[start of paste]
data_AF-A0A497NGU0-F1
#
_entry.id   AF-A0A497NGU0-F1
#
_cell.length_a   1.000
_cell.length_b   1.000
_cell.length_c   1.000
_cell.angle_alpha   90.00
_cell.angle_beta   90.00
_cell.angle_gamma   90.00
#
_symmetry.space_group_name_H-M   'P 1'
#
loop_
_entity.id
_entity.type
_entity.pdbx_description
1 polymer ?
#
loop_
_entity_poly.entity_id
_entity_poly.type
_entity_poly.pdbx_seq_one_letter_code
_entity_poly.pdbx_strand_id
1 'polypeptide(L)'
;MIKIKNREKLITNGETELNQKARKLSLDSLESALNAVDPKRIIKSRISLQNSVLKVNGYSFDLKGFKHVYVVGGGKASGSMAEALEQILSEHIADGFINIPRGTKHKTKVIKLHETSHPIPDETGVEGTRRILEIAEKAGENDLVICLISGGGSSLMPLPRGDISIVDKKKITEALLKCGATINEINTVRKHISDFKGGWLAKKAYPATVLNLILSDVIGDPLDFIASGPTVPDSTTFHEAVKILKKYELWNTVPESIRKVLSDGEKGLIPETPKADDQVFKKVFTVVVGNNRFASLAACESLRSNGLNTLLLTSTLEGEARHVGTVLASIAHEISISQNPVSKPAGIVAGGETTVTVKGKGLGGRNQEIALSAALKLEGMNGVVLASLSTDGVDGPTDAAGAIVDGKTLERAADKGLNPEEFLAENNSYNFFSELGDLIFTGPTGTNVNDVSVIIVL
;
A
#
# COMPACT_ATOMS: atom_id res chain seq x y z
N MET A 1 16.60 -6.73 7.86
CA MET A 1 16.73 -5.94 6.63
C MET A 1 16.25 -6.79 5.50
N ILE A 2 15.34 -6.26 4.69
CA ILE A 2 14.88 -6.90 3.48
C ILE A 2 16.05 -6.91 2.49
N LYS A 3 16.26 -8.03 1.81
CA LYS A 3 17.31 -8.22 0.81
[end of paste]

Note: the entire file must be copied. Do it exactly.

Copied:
data_AF-A0A497NGU0-F1
#
_entry.id   AF-A0A497NGU0-F1
#
_cell.length_a   1.000
_cell.length_b   1.000
_cell.length_c   1.000
_cell.angle_alpha   90.00
_cell.angle_beta   90.00
_cell.angle_gamma   90.00
#
_symmetry.space_group_name_H-M   'P 1'
#
loop_
_entity.id
_entity.type
_entity.pdbx_description
1 polymer ?
#
loop_
_entity_poly.entity_id
_entity_poly.type
_entity_poly.pdbx_seq_one_letter_code
_entity_poly.pdbx_strand_id
1 'polypeptide(L)'
;MIKIKNREKLITNGETELNQKARKLSLDSLESALNAVDPKRIIKSRISLQNSVLKVNGYSFDLKGFKHVYVVGGGKASGSMAEALEQILSEHIADGFINIPRGTKHKTKVIKLHETSHPIPDETGVEGTRRILEIAEKAGENDLVICLISGGGSSLMPLPRGDISIVDKKKITEALLKCGATINEINTVRKHISDFKGGWLAKKAYPATVLNLILSDVIGDPLDFIASGPTVPDSTTFHEAVKILKKYELWNTVPESIRKVLSDGEKGLIPETPKADDQVFKKVFTVVVGNNRFASLAACESLRSNGLNTLLLTSTLEGEARHVGTVLASIAHEISISQNPVSKPAGIVAGGETTVTVKGKGLGGRNQEIALSAALKLEGMNGVVLASLSTDGVDGPTDAAGAIVDGKTLERAADKGLNPEEFLAENNSYNFFSELGDLIFTGPTGTNVNDVSVIIVL
;
A
#
# COMPACT_ATOMS: atom_id res chain seq x y z
N MET A 1 16.60 -6.73 7.86
CA MET A 1 16.73 -5.94 6.63
C MET A 1 16.25 -6.79 5.50
N ILE A 2 15.34 -6.26 4.69
CA ILE A 2 14.88 -6.90 3.48
C ILE A 2 16.05 -6.91 2.49
N LYS A 3 16.26 -8.03 1.81
CA LYS A 3 17.31 -8.22 0.81